Friday, March 24, 2006

The middle of the road.

First, you have nothing to show. You start out just because you want to tell stories. Maybe you want to draw them, maybe you just want to write them. Maybe, just like my case, you want to do both. Either way, you start from scratch.

Notebooks are filled with drawings, characters you're so eager to create, to draw and show the world. Most of them are drawn only once, without any story behind them. They were made because you start out making everything you want to make at the same time.

We all start out of control. Control is not a very artistic thing, one may think when picture him or herself as an artist-to-be.

You then realize that you have started more stories than you'll ever be able to finish in about one week, so you probably give them all up and start from scratch once more on new stories you think you'll be able to finish. Eventually, you finish your first story.

And it sucks.

I don't care if my first story did suck, I did it from beginning to end and I was proud of it. You should be, too. But, if it really did suck, I had to do better the next time. And so should you.

That's what I did. I hope.

Many stories later, you'll find yourself in the middle of the road. And that's when you realize you're not waiting for it to happen anymore. It's already happening. Wait no more. You're waiting thing to begin, maybe you're waiting things to end, but you're never waiting things to continue. They continue if you continue. You have to carry on on your own, for yourself, or it will all be over.

The middle of the road is the place where you'll find yourself an artist. You can either be the artist you became, or you can be someone else. Those are the paths, but you have to follow those paths, and not wait for them to follow you.

Life follow the ones who walk, not the ones who keep still.

Thursday, March 23, 2006


I saw this on The Engine and it made me smile.

Tuesday, March 21, 2006

As long as it takes.

Some times I worry I'm not telling enough stories.

Which I'm not.

Then, I think that I rather be telling good stories, even if they take a long time to come out in the open. A good story lasts forever. That's worth all the time I have.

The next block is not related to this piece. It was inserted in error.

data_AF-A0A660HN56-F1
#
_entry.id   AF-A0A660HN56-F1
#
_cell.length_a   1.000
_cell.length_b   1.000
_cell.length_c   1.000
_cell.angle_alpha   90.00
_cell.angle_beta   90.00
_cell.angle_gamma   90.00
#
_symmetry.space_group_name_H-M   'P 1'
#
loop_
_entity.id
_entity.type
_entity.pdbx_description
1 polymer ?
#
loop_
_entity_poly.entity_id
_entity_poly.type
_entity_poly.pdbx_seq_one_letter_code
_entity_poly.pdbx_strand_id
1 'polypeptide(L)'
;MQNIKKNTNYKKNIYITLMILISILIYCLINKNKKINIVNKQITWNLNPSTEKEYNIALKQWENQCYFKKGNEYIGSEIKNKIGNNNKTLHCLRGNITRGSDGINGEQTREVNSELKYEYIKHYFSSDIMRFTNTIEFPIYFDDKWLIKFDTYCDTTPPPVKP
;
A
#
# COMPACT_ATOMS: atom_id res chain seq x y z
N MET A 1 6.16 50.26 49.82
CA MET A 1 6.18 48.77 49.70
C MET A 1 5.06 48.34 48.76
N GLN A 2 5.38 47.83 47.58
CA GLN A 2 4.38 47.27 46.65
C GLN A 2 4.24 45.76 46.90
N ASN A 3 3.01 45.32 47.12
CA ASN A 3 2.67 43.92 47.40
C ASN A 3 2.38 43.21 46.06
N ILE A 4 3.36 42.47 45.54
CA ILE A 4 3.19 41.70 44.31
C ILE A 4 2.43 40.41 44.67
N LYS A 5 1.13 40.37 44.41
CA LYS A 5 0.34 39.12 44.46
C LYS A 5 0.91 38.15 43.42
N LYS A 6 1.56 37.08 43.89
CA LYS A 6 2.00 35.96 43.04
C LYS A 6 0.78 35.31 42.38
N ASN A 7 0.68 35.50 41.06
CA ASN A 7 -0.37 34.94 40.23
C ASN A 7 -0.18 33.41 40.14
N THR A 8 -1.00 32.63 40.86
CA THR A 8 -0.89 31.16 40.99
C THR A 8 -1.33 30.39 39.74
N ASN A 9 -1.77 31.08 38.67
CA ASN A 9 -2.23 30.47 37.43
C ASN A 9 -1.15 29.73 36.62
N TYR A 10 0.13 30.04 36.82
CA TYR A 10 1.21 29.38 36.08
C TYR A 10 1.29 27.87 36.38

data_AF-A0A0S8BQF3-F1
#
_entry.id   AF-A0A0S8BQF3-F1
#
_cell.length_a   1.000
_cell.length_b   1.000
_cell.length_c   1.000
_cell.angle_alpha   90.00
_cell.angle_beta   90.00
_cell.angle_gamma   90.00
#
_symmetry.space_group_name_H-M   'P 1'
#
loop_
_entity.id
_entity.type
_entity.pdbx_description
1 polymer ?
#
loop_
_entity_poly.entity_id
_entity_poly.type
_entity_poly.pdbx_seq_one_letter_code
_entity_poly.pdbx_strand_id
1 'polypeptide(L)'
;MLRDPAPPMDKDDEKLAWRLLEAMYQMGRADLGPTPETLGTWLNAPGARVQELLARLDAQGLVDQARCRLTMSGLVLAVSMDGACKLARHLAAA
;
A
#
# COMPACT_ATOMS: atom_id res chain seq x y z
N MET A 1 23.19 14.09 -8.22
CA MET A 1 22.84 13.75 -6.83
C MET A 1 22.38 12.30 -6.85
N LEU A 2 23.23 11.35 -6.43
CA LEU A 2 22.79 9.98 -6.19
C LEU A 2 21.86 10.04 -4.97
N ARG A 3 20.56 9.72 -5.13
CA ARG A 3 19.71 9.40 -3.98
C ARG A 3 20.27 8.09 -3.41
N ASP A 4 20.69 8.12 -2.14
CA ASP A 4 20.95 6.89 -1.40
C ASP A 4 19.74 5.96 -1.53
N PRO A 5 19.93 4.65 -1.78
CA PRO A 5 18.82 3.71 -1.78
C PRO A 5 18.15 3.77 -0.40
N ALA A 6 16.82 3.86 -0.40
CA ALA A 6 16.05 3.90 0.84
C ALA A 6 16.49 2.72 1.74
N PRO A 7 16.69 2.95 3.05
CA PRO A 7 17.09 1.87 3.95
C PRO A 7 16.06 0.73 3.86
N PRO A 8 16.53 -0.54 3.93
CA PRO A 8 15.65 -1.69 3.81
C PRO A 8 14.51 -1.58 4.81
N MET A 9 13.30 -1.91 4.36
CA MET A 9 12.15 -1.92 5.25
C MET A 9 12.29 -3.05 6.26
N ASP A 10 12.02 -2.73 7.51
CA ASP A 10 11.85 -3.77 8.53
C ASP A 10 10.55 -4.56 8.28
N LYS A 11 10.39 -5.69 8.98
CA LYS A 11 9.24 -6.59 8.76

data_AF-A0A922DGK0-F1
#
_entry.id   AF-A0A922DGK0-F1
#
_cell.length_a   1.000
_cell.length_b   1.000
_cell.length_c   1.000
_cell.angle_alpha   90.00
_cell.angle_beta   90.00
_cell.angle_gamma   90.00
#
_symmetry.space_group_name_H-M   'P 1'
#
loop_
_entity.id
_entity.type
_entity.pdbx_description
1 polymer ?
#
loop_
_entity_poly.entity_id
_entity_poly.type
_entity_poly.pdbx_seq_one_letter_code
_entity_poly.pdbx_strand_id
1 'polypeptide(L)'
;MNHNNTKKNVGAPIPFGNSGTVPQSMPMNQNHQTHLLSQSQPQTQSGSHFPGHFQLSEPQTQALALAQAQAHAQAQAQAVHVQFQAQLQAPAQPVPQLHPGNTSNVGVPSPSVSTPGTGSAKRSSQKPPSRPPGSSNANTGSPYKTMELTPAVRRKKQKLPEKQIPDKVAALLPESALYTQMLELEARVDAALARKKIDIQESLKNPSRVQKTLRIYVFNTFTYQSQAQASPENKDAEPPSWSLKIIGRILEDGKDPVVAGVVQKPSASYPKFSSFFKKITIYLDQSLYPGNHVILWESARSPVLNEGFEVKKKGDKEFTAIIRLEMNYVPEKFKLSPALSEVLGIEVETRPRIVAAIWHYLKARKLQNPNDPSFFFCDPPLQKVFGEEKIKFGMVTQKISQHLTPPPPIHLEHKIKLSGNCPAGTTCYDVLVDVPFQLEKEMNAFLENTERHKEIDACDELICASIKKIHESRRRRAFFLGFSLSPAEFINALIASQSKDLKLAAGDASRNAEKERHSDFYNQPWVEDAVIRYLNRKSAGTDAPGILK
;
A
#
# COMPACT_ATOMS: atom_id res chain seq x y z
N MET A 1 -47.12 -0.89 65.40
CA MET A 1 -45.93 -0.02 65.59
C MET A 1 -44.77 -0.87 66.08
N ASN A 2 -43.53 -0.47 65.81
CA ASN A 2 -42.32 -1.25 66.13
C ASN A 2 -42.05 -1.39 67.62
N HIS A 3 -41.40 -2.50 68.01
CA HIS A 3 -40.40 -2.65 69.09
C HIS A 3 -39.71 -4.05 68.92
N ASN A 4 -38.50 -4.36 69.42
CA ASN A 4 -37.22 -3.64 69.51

So I wait. The time for each story will come.


Everybody looks different, and that's the best part about drawing people. When it comes to drawing, there's no such thing as "ugly" people. They're all "interesting". Most of the times, the more "abnormal" the person, the better, which just means that these people have more personality in it's features.

Maybe that's why drawing girls is so hard. Their soft skin and delicate faces are so hard to do and still mold to the emotion you're trying to convey. A wrong line can turn your princess into an old witch, or even worse, into a man.

But I love drawing girls.

And, if there is just one reason why I ink with a brush, it's to ink women.

Wednesday, March 15, 2006

End of the day, end of the story.

It's five in the morning and I'm wide awake since yesterday. I just finished my new story and, as the tradition I started with Smoke and Guns must continue, I worked on my last day on this story wearing my best suit.

I'm not sure when this new story will be published, or in what language it will come out first, but it sure feels great to be done with all the pages.

Off we go to more and more stories.

Oh, and since Casanova will be ON THE COVER of this month's PREVIEWS for books arriving in June, I think it's okay to show it to you the way it will come out.

I answered some questions for Publishers Weekly also, but I'm starting to gat sleepy and can't trust my fingers anymore, so no more typing today.

Tuesday, March 14, 2006

The spy and the fat hero.

the Image Comics solicitation for comics shipping in June is up on the net. There, you will finally find the solicitation for the first issue of Casanova, along with the first cover.

Which is this:

Two articles down on the main page (for now, as the internet moves so fast), you'll also find a preview for a comic book called Planetary Brigade, written by Keith Giffen and J.M DeMatteis. It's like their own Justice League. It's published by Boom! Studios.

Oh, and I'm one of the artists in it.